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dialysis shunt [keywords]
- Endovascular management of thrombosed axillary artery to right atrium hemodialysis graft. [JOURNAL ARTICLE]
- Clin Imaging 2014 Jun 19.
To describe the salvage of a left axillary artery to right atrium hemodialysis graft using endovascular techniques.A 54-year-old man with multiple arteriovenous graft failures presented with a thrombosed left axillary artery to right atrium Gore-tex hemodialysis graft. The graft was salvaged using rheolytic catheter thrombectomy, mechanical thrombectomy, balloon angioplasty, and stenting.This single case report suggests that when axillary to right atrium grafts fail, various endovascular techniques can be employed to salvage the graft and maintain dialysis access.
- Abdominal pseudocyst development in a peritoneal dialysis patient with a ventriculoperitoneal shunt: an indication for switch to hemodialysis? [Letter]
- Perit Dial Int 2014 Jun; 34(4):470-1.
- Bilateral central vein stenosis in a dialysis patient with a pacemaker. [JOURNAL ARTICLE]
- Asian Cardiovasc Thorac Ann 2013 Oct 16.
Central vein stenosis is not uncommon in hemodialysis-dependent patients as a result of mechanical damage to the vessel walls from prior cannulation. It can cause ipsilateral upper limb swelling and pain, resulting in suboptimal hemodialysis. It is unfortunate for bilateral central vein stenosis to develop concomitantly, and rare in the setting of an in-situ pacemaker. This case illustrates the successful ligation of a nondependent left arteriovenous fistula and stenting of the right subclavian vein with functioning ipsilateral arteriovenous fistula, to overcome the problem of symptomatic bilateral upper limb swelling.
- Vascular access management: ongoing challenges and strategies for success. [Journal Article]
- Nephrol News Issues 2014 Mar; 28(3):26, 28, 30-3.
- Tube banding to correct steal syndrome after arteriovenous fistula construction for hemodialysis. [Journal Article]
- Am Surg 2014 Mar; 80(3):E71-3.
- Distal revascularization and interval ligation (DRIL) procedure requires a long bypass for optimal inflow. [Journal Article]
- Can J Surg 2014 Apr; 57(2):112-5.
Distal revascularization and interval ligation (DRIL) is commonly used to treat ischemic steal syndrome caused by arteriovenous hemodialysis access and has been associated with good outcomes. However, the literature lacks technical details of a successful intervention. We tested the hypothesis that a brachial-level arteriovenous fistula (AVF) generates a zone of low arterial blood pressure in the brachial artery near the AVF origin.We identified patients with ischemic steal syndrome caused by an AVF originating from the brachial artery level who were eligible for the DRIL procedure. All patients were studied with invasive pressure monitoring in the brachial artery at the time of digital subtraction angiography. We measured systolic, diastolic and mean arterial blood pressure at 5 cm intervals from a point in the arterial circulation 5 cm distal to the origin of the AVF and continuing proximally into the subclavian artery.Our series involved 10 patients with a mean age of 66.5 (range 53-81) years. Four patients were women and 8 had diabetes. All patients had grade 3 ischemic steal syndrome with ischemic rest pain and/or ischemic tissue loss. Mean systolic, diastolic and arterial pressures increased from the level of the AVF until central pressures were reached. Systolic blood pressure was significantly lower than central blood pressure until a level 20-25 cm proximal to the AVF.The benefits of the DRIL procedure in alleviating ischemic steal syndrome associated with hemodialysis access are best achieved with a DRIL bypass for which inflow originates at least 20-25 cm proximal to the origin of the AVF.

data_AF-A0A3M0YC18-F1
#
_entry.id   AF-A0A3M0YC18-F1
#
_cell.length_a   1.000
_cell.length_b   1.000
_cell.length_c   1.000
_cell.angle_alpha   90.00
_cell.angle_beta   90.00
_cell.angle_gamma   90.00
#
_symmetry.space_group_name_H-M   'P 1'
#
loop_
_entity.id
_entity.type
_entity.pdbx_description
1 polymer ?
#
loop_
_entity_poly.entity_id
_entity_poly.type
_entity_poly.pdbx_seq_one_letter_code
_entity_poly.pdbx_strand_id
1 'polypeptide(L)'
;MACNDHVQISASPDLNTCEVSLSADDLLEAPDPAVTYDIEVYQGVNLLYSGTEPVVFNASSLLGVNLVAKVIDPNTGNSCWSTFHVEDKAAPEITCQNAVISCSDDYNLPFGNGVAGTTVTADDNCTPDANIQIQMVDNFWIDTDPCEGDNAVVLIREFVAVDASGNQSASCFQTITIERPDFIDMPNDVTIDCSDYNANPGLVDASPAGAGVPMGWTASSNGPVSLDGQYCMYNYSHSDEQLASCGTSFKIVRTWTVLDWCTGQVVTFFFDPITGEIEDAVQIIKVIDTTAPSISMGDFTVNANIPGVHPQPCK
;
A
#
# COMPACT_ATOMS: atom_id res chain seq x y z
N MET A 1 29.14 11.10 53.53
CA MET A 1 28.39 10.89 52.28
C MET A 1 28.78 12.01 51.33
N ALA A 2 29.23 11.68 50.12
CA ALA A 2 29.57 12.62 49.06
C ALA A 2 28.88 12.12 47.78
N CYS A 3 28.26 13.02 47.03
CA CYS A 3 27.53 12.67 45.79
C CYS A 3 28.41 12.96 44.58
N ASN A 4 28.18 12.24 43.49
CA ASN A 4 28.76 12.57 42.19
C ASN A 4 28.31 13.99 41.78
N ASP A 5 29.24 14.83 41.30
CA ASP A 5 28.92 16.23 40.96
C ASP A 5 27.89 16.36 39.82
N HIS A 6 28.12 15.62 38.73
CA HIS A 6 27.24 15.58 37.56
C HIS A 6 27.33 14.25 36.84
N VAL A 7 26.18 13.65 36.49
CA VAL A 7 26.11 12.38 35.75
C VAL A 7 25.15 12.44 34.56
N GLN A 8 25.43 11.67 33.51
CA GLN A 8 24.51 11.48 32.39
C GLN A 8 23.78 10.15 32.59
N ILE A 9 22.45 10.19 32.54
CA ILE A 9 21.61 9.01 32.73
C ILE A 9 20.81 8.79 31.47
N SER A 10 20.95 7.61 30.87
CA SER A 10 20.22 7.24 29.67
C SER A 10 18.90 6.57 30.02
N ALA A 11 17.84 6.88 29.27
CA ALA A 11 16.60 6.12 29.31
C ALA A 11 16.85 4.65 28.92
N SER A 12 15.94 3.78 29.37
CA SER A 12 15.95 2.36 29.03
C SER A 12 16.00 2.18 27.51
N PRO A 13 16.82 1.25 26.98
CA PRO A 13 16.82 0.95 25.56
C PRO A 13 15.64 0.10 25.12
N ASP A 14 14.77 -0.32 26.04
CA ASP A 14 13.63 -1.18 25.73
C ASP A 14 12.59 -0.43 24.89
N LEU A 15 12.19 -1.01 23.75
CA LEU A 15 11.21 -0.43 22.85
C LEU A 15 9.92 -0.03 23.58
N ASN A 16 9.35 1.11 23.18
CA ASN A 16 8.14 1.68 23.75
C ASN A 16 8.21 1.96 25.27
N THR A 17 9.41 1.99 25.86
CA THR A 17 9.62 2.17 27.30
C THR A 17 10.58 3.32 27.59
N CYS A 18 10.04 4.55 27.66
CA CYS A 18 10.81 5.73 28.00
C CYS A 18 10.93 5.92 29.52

- Risk factors of sensitization to human leukocyte antigen in end-stage renal disease patients. [JOURNAL ARTICLE]
- Hum Immunol 2014 Mar 6.